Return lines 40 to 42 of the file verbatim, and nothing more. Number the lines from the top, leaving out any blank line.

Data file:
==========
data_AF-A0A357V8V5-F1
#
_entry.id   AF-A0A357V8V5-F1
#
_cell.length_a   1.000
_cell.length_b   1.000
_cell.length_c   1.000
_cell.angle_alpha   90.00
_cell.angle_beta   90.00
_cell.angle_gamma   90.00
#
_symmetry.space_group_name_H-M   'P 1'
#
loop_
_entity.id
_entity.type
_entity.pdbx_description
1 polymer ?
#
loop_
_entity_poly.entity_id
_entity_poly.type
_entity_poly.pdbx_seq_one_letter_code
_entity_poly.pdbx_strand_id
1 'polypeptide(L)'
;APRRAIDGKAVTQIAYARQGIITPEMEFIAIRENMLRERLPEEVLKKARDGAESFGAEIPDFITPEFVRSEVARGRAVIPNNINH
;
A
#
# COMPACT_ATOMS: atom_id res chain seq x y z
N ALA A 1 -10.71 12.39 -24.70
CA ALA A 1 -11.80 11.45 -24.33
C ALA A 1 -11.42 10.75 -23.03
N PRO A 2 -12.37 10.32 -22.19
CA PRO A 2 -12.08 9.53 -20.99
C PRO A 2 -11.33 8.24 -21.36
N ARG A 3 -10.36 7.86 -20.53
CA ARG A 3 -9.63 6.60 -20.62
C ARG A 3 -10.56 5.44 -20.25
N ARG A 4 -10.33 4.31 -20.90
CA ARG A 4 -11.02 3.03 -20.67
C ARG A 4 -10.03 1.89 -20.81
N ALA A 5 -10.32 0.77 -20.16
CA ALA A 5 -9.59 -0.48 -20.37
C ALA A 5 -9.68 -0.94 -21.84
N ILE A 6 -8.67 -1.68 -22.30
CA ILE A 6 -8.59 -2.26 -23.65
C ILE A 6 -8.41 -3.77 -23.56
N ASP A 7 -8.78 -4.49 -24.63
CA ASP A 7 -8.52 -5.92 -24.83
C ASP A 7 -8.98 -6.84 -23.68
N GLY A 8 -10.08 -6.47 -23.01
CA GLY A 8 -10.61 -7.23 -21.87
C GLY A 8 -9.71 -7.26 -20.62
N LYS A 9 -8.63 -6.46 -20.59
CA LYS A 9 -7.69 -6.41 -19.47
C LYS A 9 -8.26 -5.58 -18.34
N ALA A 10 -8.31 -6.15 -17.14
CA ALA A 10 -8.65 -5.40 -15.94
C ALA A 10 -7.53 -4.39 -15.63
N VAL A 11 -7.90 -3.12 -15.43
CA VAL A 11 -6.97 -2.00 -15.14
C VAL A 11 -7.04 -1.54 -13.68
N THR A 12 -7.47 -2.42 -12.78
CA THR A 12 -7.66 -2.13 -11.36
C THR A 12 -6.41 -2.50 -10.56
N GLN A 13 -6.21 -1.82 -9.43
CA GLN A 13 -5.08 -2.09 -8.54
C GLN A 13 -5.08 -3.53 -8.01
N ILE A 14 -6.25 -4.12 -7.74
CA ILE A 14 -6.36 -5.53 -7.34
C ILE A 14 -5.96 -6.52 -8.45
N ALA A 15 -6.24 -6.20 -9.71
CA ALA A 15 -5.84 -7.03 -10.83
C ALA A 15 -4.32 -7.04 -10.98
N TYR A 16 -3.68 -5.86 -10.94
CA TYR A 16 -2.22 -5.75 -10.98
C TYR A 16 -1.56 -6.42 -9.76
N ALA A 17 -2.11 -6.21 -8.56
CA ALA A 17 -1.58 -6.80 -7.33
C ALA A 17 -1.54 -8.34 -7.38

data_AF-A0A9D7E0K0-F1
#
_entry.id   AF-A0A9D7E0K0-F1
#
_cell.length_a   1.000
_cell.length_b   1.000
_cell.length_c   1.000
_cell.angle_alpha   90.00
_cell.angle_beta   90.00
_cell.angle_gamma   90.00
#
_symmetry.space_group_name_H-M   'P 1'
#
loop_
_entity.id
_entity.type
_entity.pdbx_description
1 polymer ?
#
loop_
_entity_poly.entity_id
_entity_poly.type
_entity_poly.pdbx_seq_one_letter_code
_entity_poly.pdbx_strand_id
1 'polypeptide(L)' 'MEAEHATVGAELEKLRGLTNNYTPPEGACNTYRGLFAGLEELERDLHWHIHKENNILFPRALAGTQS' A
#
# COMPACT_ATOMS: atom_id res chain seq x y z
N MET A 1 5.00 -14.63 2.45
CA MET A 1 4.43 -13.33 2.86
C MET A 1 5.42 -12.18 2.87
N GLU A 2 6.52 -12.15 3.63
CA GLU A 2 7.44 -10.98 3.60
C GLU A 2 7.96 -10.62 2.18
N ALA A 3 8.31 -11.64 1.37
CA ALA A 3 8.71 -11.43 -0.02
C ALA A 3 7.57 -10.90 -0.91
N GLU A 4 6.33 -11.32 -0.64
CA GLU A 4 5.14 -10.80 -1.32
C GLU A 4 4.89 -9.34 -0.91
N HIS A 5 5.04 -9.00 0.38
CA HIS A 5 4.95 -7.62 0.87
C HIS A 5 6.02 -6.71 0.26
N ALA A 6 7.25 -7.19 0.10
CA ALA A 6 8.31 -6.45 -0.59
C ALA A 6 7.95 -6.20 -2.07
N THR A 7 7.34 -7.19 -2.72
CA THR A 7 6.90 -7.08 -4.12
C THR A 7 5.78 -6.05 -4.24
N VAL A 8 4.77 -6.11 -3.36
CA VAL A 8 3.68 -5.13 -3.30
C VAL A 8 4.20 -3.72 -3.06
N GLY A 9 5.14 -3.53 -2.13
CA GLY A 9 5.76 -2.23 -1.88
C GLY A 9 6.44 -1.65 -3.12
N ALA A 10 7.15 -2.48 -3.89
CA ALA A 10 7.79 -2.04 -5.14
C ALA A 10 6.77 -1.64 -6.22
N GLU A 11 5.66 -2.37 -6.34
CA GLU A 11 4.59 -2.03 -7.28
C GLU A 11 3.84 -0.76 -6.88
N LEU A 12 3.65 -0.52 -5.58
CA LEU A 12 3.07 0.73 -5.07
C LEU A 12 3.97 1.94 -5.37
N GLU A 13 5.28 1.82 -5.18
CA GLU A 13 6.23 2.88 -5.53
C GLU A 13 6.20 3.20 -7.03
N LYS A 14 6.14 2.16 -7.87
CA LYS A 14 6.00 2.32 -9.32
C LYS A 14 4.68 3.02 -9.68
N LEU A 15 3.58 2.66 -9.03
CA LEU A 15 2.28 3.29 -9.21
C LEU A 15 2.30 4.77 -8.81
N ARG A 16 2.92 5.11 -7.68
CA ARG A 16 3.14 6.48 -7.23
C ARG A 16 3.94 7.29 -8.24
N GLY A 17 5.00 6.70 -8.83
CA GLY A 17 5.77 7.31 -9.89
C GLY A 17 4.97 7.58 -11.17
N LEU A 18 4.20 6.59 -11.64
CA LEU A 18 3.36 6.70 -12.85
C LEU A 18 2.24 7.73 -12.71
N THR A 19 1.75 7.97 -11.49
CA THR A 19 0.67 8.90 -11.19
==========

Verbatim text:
N ARG A 4 -10.33 4.31 -20.90
CA ARG A 4 -11.02 3.03 -20.67
C ARG A 4 -10.03 1.89 -20.81